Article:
Panya Baba: The father of Nigerian Missions
By AfriGO Team
Panya Bado Baba has been described as one of the fathers of modern African missions and the“greatest missiologist of the ECWA” (Evangelical Church Winning All) denomination. Today, 70 years after his first missionary assignment, he continues to write, preach, lecture and provide counsel in his local church in Karu, Nigeria.
He was born in 1932 to Christian parents. He gave his life to Christ at the age of 13. Four years later, he set out for a neighbouring state to be a missionary among his own people. As he taught the Bible, his missions zeal grew. He was ordained and served in a local church, but his heart was always for those beyond the gospel.
From 1970 to 1988, he led Nigeria’s first indigenous mission organisation, the EMS. During his time, the number of missionaries increased from 194 to 750. Today, the EMS workforce is about 1800, working in 18 countries, and is led by Simon Yako, one of the first Nigerian missionaries to be commissioned by Panya Baba to serve overseas. Baba’s book, Vision Received, Vision Passed On, tells the history of the EMS.
AfriGO spoke to Professor Yusufu Turaki, a lecturer at Jos Evangelical Theology Seminary (JETS) in Nigeria, and a personal friend of Panya Baba’s, to learn more.
The Dictionary of African Christian Biography references Panya Baba’s “ingenious mission strategy.” What was it?
Reaching the unreached. This led him to research unreached people groups in Nigeria. His leadership raised missionary and evangelistic activities tremendously in Nigeria.
What actions of Panya Baba have proven to be foundational for missions in Nigeria and Africa?
Above all, he raised mission awareness among Nigerian churches and denominations generally, and missions agencies across Africa.
Secondly, he was instrumental in forming the Nigeria Evangelical Missions Association (NEMA) and its Nigeria Evangelical Missions Institute (NEMI).
Thirdly, he called for missions and evangelism at international conferences, including the Association of Evangelicals in Africa (AEA), Lausanne Movement, World Evangelical Alliance (WEA) and more.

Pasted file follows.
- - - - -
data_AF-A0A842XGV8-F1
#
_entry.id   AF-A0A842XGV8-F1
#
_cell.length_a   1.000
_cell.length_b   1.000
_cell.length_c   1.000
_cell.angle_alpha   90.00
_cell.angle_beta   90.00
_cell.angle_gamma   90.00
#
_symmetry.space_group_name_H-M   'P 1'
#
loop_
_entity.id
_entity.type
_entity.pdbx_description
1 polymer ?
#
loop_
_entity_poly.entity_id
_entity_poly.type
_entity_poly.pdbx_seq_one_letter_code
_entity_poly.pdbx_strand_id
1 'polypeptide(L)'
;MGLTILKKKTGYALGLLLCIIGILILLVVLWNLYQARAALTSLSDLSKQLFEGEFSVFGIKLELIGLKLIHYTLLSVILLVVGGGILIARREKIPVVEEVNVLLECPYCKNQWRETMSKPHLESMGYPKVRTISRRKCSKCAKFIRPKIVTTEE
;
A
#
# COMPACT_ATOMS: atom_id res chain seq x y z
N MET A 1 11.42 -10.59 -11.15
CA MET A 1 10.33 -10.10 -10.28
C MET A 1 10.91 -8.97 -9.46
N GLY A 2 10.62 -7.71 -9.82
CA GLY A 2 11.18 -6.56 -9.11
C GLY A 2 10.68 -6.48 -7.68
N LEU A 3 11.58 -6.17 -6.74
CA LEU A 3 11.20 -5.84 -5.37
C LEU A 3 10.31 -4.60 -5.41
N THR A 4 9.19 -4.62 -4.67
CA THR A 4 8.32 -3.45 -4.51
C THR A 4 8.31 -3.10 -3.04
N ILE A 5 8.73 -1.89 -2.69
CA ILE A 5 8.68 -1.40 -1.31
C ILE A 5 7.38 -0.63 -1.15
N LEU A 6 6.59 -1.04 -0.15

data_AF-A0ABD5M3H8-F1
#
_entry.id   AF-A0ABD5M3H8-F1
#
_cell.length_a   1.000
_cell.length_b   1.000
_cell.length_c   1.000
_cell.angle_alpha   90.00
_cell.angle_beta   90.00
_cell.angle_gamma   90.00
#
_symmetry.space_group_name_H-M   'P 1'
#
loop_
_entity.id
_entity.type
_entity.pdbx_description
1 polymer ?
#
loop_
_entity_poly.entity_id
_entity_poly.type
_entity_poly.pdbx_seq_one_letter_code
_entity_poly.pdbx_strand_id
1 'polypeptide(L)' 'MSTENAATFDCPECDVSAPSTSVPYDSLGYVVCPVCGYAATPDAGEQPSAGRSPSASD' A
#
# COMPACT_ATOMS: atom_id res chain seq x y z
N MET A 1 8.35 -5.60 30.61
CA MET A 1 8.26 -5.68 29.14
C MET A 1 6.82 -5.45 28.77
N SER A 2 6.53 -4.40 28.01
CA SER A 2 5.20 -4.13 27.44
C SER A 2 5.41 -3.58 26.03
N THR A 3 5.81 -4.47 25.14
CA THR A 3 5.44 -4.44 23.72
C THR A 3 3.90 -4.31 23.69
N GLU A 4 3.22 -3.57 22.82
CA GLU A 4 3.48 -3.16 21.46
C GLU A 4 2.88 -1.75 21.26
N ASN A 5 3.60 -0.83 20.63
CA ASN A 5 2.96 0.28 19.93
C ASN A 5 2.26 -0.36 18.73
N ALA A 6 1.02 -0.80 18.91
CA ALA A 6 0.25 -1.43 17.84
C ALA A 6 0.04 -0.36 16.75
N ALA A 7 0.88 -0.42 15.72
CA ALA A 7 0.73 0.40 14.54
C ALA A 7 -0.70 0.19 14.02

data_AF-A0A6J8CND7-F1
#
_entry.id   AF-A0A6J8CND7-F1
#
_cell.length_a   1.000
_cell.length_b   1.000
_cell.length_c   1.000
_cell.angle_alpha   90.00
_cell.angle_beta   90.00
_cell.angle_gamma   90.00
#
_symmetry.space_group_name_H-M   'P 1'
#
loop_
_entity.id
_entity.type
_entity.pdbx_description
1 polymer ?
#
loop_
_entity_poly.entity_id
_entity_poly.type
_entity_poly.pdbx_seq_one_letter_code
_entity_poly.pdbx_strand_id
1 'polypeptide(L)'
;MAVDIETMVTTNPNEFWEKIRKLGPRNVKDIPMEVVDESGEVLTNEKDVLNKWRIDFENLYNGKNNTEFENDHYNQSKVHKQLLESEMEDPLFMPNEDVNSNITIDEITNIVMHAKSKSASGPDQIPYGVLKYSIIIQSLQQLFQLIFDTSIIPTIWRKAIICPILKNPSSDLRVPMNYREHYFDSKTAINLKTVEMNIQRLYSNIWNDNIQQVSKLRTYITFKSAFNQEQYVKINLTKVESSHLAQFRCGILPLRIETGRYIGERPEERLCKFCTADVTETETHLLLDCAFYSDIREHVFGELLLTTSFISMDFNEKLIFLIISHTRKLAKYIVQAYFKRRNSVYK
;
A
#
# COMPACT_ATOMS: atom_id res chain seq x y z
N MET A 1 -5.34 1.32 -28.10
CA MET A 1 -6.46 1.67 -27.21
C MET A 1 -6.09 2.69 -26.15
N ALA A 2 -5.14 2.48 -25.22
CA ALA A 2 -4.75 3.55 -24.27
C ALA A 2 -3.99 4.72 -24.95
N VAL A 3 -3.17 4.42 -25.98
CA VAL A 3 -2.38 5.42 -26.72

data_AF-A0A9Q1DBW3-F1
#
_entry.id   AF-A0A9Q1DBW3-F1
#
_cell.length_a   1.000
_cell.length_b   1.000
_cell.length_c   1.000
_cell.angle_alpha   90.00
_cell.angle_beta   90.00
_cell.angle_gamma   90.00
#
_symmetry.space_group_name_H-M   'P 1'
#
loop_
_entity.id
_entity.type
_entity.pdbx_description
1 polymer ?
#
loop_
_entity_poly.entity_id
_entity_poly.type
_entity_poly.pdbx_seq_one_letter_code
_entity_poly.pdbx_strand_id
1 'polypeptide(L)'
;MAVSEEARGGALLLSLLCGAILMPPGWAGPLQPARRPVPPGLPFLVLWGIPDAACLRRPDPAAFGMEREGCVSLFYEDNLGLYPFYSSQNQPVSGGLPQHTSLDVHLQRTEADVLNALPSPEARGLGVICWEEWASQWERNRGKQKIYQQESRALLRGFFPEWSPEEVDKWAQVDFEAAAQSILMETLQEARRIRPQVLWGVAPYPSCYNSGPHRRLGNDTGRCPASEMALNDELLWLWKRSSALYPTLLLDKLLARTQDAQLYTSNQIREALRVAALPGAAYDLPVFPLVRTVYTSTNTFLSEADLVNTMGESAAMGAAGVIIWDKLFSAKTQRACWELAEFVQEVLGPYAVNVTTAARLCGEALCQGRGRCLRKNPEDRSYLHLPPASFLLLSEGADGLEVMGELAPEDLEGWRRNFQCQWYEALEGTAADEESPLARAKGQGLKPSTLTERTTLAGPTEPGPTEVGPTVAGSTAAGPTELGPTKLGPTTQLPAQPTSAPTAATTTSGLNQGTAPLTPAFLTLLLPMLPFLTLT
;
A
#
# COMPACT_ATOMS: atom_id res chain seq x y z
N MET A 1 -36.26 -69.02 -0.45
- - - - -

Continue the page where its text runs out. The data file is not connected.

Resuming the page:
Lastly, his voice was louder than the modern voices of religious pluralism and cultural relativism.
What were the obstacles he faced in leading EMS?
Panya Baba was the second person to head EMS after Rev. Musa Jibo. His greatest challenges were:
- Churches and denominations in Nigeria lacked mission philosophy and strategy, so mobilization for mission work was difficult. Passion for missions and evangelism was low.
- Lack of trained missionaries from the theological institutions, which is why the Nigeria Evangelical Missions Institute (NEMI) was established in the early 1980s.
- Lack of resources – material and financial – in view of “the harvest is plentiful, but the labourers are few.”
- The challenge from some liberal Christians, churches and denominations due to apathy towards missions and evangelism.
- The rise and power of Islam and African traditional religion and worldviews in Africa after independence in the 1960s.
How did his formative years prepare him for his life calling?
Panya Baba comes from a Gbagyi royal family, so learned the art of leadership at a tender age. This developed his qualities as a mobilizer, counsellor, visionary and encourager.
He was greatly influenced by SIM missionaries early in his Christian life. Institutions such as Karu Bible Training School, Kagoro Bible College, All Nations College in England and Fuller Theological Seminary were instrumental.
He had a high level of motivation, curiosity and doggedness, never giving up until the task is accomplished.
For the young adult reading AfriGO, what has Panya Baba modelled that they must emulate?
Faith, commitment, loyalty, humaneness, simplicity, and humility. His life teaches us all to be eager to learn. He has a strong, consuming and unwavering passion and love for Christ, his Kingdom, missions and evangelism.
For further reading, visit www.nemanigeriamissions.org
Professor Yusufu Turaki served as Provost of the Jos Evangelical Seminary (JETS), and previously served as ECWA Education Director, and ECWA General Secretary when Panya Baba was ECWA EMS Director and ECWA President.